Use this URL to cite or link to this record in EThOS: http://ethos.bl.uk/OrderDetails.do?uin=uk.bl.ethos.664072
Title: Authority and discipline in the home and the school : testing the 'decline' thesis
Author: Wyness, Michael G.
Awarding Body: University of Edinburgh
Current Institution: University of Edinburgh
Date of Award: 1992
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Abstract:
Concern is expressed by a wide range of scholarly and political opinion over the decline of parental authority. The activities of welfarist and theraputic agencies are argued to have undermined parents' abilities to circumscribe their children's social and moral well being. I set out this argument through what I call the decline thesis by drawing on the school as a representative welfarist institution. The school is chosen for two other reasons. First, it has more legitimacy than other influential state backed agencies because it has an important educational function. Second, arguments over the loss of parental authority converge with arguments over the loss of an education authority in the classrooms. The decline thesis generates an idealised model of a division of responsibility between parent and teacher which has now broken down. Implicit in this argument is the notion that teachers no longer have an authority in class because their professional concerns are more sociological than educational. One important manifestation of this is the power teachers now have to both take away and redefine the responsibilities that parents have. Drawing on data from interviews with parents and teachers, I assessed the extent to which parents' and teachers' experiences and perceptions match the concerns expressed through the decline thesis. There was little sense in which parents reflected these concerns. Although there was some question mark over the disciplinary function of the school, parents tended to confidently assert their ability to set a moral and social agenda within the home. Teachers on the other hand, although rejecting the traditionalist assumptions made about control in class, reflected the view that some parents had abdicated their responsibilities for bringing up their children.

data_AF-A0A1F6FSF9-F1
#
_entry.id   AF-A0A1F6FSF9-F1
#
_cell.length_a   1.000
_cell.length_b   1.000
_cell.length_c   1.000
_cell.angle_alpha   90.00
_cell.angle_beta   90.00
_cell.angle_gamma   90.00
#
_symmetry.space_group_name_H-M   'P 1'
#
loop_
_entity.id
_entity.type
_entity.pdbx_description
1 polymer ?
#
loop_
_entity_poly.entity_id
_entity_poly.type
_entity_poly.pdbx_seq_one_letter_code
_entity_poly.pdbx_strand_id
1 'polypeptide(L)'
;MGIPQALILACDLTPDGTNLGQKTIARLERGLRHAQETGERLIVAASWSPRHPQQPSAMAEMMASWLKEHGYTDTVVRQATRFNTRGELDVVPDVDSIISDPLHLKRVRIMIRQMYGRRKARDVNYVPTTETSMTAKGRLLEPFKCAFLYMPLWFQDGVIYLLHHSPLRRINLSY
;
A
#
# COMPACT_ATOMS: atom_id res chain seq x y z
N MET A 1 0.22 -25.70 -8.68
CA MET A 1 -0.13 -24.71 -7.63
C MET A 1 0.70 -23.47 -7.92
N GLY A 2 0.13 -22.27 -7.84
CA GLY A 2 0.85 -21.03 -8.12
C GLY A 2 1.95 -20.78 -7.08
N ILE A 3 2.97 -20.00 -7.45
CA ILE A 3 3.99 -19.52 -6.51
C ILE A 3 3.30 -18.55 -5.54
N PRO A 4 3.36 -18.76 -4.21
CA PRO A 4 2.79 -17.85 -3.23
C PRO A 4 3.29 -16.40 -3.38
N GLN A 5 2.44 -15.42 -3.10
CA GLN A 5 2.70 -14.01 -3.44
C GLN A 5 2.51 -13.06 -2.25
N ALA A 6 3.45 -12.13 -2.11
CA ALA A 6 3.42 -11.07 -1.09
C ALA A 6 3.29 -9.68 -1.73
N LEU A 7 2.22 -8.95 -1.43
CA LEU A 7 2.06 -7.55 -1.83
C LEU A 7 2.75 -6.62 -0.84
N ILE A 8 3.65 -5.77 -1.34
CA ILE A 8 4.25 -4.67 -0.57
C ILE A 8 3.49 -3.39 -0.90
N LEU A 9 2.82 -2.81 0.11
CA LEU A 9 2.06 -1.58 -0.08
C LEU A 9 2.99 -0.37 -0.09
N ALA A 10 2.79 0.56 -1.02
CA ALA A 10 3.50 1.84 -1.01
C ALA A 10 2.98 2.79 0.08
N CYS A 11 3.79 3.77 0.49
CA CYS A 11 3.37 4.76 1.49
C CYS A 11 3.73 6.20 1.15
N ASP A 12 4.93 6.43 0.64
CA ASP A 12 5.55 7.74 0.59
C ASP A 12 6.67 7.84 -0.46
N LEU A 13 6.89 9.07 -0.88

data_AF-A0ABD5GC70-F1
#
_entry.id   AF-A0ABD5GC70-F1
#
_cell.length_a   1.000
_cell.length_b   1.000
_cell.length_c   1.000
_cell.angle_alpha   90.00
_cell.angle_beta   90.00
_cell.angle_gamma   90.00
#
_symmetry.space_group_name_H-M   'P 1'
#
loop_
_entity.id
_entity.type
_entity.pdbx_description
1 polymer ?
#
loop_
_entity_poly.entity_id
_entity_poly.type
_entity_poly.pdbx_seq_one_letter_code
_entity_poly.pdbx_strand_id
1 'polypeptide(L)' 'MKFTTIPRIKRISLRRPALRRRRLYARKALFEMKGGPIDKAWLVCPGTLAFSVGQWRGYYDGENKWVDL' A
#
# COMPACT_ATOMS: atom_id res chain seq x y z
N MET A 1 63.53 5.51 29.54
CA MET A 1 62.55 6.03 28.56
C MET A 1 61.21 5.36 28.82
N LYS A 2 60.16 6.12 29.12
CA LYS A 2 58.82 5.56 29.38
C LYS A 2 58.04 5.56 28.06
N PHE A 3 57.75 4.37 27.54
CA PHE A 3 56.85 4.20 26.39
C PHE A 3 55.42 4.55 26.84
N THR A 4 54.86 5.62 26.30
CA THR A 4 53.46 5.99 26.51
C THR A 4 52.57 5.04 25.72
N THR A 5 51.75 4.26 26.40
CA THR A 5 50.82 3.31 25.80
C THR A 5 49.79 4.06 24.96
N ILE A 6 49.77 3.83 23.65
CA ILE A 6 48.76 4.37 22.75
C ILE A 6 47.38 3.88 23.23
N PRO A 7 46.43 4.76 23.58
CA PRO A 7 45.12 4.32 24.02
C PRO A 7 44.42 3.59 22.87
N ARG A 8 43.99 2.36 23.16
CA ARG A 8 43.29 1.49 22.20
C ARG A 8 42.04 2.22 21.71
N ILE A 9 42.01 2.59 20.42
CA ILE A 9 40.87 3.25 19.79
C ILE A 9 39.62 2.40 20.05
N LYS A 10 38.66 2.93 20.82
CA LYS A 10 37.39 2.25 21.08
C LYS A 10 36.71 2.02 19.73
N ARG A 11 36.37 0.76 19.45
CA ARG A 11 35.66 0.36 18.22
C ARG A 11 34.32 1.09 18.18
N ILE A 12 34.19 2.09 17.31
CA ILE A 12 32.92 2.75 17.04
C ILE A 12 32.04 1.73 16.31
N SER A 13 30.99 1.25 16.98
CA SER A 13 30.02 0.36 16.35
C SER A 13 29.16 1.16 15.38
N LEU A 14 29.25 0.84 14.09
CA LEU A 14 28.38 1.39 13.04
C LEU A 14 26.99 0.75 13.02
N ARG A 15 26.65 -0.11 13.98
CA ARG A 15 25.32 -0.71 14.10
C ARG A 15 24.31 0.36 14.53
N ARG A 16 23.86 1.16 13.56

Supervisor: Not available Sponsor: Not available
Qualification Name: Thesis (Ph.D.) Qualification Level: Doctoral
EThOS ID: uk.bl.ethos.664072  DOI: Not available
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